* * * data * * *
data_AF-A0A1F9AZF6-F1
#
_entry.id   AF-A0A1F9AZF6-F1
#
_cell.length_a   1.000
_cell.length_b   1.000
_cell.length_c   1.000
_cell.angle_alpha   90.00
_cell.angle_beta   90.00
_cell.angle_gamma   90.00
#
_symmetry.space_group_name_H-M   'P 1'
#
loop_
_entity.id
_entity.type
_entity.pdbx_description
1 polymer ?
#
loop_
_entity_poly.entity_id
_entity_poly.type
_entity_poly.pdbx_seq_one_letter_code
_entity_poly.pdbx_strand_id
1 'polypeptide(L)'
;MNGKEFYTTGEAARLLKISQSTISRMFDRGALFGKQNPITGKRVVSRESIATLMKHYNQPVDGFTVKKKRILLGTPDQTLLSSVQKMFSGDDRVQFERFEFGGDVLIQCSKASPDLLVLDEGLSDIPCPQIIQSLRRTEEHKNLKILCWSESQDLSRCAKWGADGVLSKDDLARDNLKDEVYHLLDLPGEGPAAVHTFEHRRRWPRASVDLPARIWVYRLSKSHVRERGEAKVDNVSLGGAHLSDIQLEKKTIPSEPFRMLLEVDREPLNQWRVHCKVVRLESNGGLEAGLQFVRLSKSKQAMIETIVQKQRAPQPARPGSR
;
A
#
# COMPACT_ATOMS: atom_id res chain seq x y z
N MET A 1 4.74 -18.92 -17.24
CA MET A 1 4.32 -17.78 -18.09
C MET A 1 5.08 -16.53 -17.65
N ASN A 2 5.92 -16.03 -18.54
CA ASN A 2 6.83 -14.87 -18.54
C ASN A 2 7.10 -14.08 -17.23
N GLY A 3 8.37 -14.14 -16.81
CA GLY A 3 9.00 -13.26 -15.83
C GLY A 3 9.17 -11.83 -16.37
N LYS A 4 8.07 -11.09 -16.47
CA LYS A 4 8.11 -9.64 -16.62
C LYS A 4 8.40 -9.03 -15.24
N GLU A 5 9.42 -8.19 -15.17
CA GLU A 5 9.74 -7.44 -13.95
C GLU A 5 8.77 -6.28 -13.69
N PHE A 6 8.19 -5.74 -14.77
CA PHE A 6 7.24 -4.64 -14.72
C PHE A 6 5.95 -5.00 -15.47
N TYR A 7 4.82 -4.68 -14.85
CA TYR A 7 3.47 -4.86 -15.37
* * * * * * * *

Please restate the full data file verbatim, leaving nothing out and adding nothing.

data_AF-A0A1F9AZF6-F1
#
_entry.id   AF-A0A1F9AZF6-F1
#
_cell.length_a   1.000
_cell.length_b   1.000
_cell.length_c   1.000
_cell.angle_alpha   90.00
_cell.angle_beta   90.00
_cell.angle_gamma   90.00
#
_symmetry.space_group_name_H-M   'P 1'
#
loop_
_entity.id
_entity.type
_entity.pdbx_description
1 polymer ?
#
loop_
_entity_poly.entity_id
_entity_poly.type
_entity_poly.pdbx_seq_one_letter_code
_entity_poly.pdbx_strand_id
1 'polypeptide(L)'
;MNGKEFYTTGEAARLLKISQSTISRMFDRGALFGKQNPITGKRVVSRESIATLMKHYNQPVDGFTVKKKRILLGTPDQTLLSSVQKMFSGDDRVQFERFEFGGDVLIQCSKASPDLLVLDEGLSDIPCPQIIQSLRRTEEHKNLKILCWSESQDLSRCAKWGADGVLSKDDLARDNLKDEVYHLLDLPGEGPAAVHTFEHRRRWPRASVDLPARIWVYRLSKSHVRERGEAKVDNVSLGGAHLSDIQLEKKTIPSEPFRMLLEVDREPLNQWRVHCKVVRLESNGGLEAGLQFVRLSKSKQAMIETIVQKQRAPQPARPGSR
;
A
#
# COMPACT_ATOMS: atom_id res chain seq x y z
N MET A 1 4.74 -18.92 -17.24
CA MET A 1 4.32 -17.78 -18.09
C MET A 1 5.08 -16.53 -17.65
N ASN A 2 5.92 -16.03 -18.54
CA ASN A 2 6.83 -14.87 -18.54
C ASN A 2 7.10 -14.08 -17.23
N GLY A 3 8.37 -14.14 -16.81
CA GLY A 3 9.00 -13.26 -15.83
C GLY A 3 9.17 -11.83 -16.37
N LYS A 4 8.07 -11.09 -16.47
CA LYS A 4 8.11 -9.64 -16.62
C LYS A 4 8.40 -9.03 -15.24
N GLU A 5 9.42 -8.19 -15.17
CA GLU A 5 9.74 -7.44 -13.95
C GLU A 5 8.77 -6.28 -13.69
N PHE A 6 8.19 -5.74 -14.77
CA PHE A 6 7.24 -4.64 -14.72
C PHE A 6 5.95 -5.00 -15.47
N TYR A 7 4.82 -4.68 -14.85
CA TYR A 7 3.47 -4.86 -15.37